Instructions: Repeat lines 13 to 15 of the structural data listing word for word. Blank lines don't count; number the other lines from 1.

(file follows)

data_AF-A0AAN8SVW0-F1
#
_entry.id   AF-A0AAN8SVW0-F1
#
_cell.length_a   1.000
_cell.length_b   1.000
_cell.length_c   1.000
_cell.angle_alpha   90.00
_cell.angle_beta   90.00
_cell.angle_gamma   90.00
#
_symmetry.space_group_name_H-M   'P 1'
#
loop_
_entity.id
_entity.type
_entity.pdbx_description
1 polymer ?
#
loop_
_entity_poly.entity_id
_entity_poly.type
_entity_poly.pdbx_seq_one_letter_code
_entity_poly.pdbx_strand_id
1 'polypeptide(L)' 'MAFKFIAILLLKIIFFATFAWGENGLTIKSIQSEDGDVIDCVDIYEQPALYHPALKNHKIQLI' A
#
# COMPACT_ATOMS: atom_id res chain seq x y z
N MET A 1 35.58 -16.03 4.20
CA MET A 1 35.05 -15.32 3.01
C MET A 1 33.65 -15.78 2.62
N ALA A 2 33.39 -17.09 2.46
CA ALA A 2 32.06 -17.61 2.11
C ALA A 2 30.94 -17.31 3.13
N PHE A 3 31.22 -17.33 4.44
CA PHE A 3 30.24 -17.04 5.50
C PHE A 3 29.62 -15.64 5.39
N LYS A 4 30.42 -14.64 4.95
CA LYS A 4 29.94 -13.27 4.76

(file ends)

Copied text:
#
loop_
_entity.id